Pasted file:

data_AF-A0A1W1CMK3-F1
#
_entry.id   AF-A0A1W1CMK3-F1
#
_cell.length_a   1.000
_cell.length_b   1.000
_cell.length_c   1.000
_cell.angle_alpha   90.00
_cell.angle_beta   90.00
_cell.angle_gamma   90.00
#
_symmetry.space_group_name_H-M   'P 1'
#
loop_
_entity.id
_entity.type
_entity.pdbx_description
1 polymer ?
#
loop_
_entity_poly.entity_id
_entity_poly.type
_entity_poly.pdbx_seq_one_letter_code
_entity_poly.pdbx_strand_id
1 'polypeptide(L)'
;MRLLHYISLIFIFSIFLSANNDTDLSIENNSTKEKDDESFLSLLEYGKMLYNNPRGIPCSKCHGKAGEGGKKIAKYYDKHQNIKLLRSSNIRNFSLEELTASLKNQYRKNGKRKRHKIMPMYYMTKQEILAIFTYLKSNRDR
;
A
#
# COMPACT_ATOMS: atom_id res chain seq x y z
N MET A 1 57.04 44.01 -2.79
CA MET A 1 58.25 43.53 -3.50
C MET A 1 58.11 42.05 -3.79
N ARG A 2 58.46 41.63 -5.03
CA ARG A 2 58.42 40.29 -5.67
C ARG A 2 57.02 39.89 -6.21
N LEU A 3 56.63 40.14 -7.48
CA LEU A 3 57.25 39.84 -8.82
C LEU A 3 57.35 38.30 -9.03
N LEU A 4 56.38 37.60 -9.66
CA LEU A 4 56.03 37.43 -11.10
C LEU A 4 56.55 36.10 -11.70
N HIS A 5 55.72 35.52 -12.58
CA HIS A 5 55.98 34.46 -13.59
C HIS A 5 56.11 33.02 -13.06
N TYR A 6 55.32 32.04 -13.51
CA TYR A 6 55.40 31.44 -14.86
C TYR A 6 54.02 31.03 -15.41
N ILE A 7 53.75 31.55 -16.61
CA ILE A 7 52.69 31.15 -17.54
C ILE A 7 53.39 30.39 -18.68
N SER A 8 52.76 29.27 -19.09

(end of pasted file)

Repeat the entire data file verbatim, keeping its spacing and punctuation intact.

data_AF-A0A1W1CMK3-F1
#
_entry.id   AF-A0A1W1CMK3-F1
#
_cell.length_a   1.000
_cell.length_b   1.000
_cell.length_c   1.000
_cell.angle_alpha   90.00
_cell.angle_beta   90.00
_cell.angle_gamma   90.00
#
_symmetry.space_group_name_H-M   'P 1'
#
loop_
_entity.id
_entity.type
_entity.pdbx_description
1 polymer ?
#
loop_
_entity_poly.entity_id
_entity_poly.type
_entity_poly.pdbx_seq_one_letter_code
_entity_poly.pdbx_strand_id
1 'polypeptide(L)'
;MRLLHYISLIFIFSIFLSANNDTDLSIENNSTKEKDDESFLSLLEYGKMLYNNPRGIPCSKCHGKAGEGGKKIAKYYDKHQNIKLLRSSNIRNFSLEELTASLKNQYRKNGKRKRHKIMPMYYMTKQEILAIFTYLKSNRDR
;
A
#
# COMPACT_ATOMS: atom_id res chain seq x y z
N MET A 1 57.04 44.01 -2.79
CA MET A 1 58.25 43.53 -3.50
C MET A 1 58.11 42.05 -3.79
N ARG A 2 58.46 41.63 -5.03
CA ARG A 2 58.42 40.29 -5.67
C ARG A 2 57.02 39.89 -6.21
N LEU A 3 56.63 40.14 -7.48
CA LEU A 3 57.25 39.84 -8.82
C LEU A 3 57.35 38.30 -9.03
N LEU A 4 56.38 37.60 -9.66
CA LEU A 4 56.03 37.43 -11.10
C LEU A 4 56.55 36.10 -11.70
N HIS A 5 55.72 35.52 -12.58
CA HIS A 5 55.98 34.46 -13.59
C HIS A 5 56.11 33.02 -13.06
N TYR A 6 55.32 32.04 -13.51
CA TYR A 6 55.40 31.44 -14.86
C TYR A 6 54.02 31.03 -15.41
N ILE A 7 53.75 31.55 -16.61
CA ILE A 7 52.69 31.15 -17.54
C ILE A 7 53.39 30.39 -18.68
N SER A 8 52.76 29.27 -19.09